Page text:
If you're thirsty for an icy cold drink, you know just what to do, even in a stranger's kitchen. Having located the big cabinet shingled with papers, you swing open the door and hold it ajar. With your free hand, you scoot the pickled okra to the left, nudge the artichoke salsa to the right, and grab your refreshment. To be told, "The check is in the mail," is to be given the brushoff. But to be told, "The beer is in the fridge," is to be offered both invitation and map.

It turns out the refrigerator is just about as old as the United States. It was a local man, Thomas Moore, who coined the word refrigerator to describe an appliance he patented in 1803. An engineer, inventor and farmer, Moore transported butter to the Georgetown market in his refrigerator, which was one oval wooden container within another; in the space between he put ice, and he wrapped the whole thing in rabbit fur for insulation. Customers preferred his fresh bricks of butter to the soft, melting tubs of his competitors.

The same basic technology endured for more than a hundred years: Ice cut from a frozen pond or river was put in a box to chill food. Many a grandpa still refers to the "icebox" (a newer word than refrigerator, icebox entered the vocabulary around 1846). In 1915, Sears, Roebuck offered a status icebox: a high-end model with a mahogany cabinet and a brass spigot that dispensed chilled water through the door.

Unfortunately, by then American waters had already become so sludged by industry and sewage that ice cut from them caused health problems in people's homes. The demand for "artificial" ice, manufactured from cleaner water, sped the arrival of the new technology, mechanical refrigeration.

Mechanical refrigeration starts with the principle that a liquid absorbs heat to vaporize and releases heat when it condenses. (Think of how water cools your skin as it evaporates, and how steam heats up the bathroom as it condenses back to water.) So modern fridges pump a liquid coolant around until it vaporizes, cooling what's inside; then they compress the coolant gas until it condenses back into liquid, and the cooling begins again.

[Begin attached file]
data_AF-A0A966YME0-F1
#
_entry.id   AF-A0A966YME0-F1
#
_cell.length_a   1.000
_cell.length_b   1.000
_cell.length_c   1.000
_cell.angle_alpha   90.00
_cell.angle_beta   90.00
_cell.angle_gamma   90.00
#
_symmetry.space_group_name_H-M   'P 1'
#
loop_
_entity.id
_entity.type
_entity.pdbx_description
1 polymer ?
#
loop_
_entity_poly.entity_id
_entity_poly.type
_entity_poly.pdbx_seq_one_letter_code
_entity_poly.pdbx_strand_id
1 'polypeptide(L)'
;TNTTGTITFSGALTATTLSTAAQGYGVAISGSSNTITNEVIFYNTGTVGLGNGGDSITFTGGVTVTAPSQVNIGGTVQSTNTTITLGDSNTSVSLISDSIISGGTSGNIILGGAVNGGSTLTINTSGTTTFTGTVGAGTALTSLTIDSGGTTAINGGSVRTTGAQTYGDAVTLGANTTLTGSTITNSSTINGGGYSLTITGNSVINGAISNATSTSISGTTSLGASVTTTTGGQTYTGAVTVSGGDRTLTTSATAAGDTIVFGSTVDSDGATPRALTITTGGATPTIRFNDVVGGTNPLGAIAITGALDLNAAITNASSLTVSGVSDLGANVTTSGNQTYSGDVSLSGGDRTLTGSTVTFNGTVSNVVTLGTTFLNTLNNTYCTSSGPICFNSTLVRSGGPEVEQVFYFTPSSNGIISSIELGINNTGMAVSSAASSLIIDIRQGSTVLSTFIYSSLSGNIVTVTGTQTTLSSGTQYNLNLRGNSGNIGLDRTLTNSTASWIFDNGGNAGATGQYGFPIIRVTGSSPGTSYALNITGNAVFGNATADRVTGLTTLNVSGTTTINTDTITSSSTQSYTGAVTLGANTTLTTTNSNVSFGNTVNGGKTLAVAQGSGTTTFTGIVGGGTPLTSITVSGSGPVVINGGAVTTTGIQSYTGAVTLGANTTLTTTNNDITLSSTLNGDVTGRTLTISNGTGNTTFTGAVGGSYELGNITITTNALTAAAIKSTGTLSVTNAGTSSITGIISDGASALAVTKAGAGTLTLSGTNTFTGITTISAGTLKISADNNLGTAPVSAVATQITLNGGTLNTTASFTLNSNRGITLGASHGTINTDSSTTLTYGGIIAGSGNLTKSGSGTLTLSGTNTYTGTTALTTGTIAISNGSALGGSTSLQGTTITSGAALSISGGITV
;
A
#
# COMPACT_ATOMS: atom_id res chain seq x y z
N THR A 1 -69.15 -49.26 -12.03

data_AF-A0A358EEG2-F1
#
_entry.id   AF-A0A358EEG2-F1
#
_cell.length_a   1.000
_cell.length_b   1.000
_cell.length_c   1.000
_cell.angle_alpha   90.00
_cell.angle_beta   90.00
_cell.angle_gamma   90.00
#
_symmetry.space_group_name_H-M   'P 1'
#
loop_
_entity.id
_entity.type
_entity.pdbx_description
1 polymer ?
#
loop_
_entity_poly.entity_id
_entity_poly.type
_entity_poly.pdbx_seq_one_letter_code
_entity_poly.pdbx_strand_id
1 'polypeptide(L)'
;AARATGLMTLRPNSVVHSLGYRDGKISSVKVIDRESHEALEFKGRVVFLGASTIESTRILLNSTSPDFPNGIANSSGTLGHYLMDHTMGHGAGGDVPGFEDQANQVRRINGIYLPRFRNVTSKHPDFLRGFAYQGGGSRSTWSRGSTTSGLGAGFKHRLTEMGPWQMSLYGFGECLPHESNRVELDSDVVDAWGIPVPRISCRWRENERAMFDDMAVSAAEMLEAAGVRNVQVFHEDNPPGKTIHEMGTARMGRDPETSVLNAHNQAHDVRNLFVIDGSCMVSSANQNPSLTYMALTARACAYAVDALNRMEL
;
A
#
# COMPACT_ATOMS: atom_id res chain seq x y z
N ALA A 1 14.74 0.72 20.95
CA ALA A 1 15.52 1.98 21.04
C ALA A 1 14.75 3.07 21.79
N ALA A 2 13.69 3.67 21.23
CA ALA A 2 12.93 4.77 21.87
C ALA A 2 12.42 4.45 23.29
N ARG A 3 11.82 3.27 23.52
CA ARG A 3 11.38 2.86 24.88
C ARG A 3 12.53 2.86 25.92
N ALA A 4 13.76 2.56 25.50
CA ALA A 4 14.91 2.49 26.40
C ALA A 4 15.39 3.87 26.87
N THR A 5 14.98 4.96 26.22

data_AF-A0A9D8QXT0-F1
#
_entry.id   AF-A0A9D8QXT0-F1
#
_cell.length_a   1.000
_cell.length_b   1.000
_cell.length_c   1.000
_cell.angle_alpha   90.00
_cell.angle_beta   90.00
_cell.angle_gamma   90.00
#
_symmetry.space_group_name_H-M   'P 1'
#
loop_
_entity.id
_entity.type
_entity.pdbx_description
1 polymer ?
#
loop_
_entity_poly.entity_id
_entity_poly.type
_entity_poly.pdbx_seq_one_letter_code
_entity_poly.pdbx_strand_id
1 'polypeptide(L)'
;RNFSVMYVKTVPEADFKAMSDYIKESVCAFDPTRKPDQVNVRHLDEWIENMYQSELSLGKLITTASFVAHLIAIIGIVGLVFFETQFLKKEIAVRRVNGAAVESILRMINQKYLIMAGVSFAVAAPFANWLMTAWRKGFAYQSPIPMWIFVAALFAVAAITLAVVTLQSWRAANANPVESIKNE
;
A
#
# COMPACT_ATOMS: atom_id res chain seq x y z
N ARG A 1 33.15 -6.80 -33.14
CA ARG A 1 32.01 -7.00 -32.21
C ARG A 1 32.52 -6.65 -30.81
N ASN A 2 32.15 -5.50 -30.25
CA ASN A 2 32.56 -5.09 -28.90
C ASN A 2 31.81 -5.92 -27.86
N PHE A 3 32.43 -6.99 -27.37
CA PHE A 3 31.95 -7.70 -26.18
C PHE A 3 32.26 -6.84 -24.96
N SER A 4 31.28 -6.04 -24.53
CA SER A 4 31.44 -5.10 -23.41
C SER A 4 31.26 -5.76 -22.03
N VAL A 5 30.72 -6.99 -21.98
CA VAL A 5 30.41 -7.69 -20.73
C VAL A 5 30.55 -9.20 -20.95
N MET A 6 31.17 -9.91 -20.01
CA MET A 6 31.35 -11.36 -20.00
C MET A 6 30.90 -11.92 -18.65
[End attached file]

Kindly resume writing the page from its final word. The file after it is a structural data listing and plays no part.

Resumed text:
In the early years, refrigerators weren't home appliances, they were factories. At first, they were nothing more than giant ice machines, although soon enough manufacturers figured out that they could skip the step of making ice in order to chill food elsewhere, and began chilling food on-site. Still, these refrigerator plants tended to leak or vent their coolants -- deadly sulfur dioxide and ammonia -- into the original toxic waste dump, the outdoors. You did not want a refrigerator plant in your back yard, let alone your kitchen; so at home, the icebox still prevailed.

Many a modern refrigerator brand can trace its origins to a guy puttering in a shed. In the early years of the 20th century, inventors around the world raced to build a compact, sealed cooling system, one that would recycle the same coolant indefinitely. The various brands used different technologies to solve the same problem; by 1920, there were more than 200 brands in all. Now that refrigerators were at last fit for home use, the market took off: U.S. companies manufactured 5,000 refrigerators in 1921, and 6 million in 1927.

George Foerstner was one of those guys puttering in a shed -- but a guy with a head for marketing, too. Foerstner hailed from Amana, Iowa, a communal settlement in the middle of nowhere. Foerstner had worked at Amana's general store, the woolen mill and his father's auto parts business. His reputation as a tinkerer and salesman prompted a local businessman to challenge him to build a reliable beer cooler. Foerst-ner brought together existing technology and the town's experienced cabinetmakers to build a walk-in refrigerator whose high quality appealed to brewers and butchers. He took his home town as his brand name. Foerstner cast Groucho Marx, Gary Cooper and Cecil B. DeMille in Amana ads, and he also sponsored a golf tournament. When golfers began wearing their Amana caps elsewhere, Foerstner had the original notion of paying athletes to wear his logo.

The industry's push to sell a refrigerator to every household in America coincided with the industrial design phenomenon of streamlining. Products of the 1920s and '30s look as if the world were spinning faster and everything had to run to keep up. Inspired by actual speedsters like airplanes and locomotives, streamlining spread to staplers and refrigerators. One designer, Raymond Loewy, had his hands on all of them.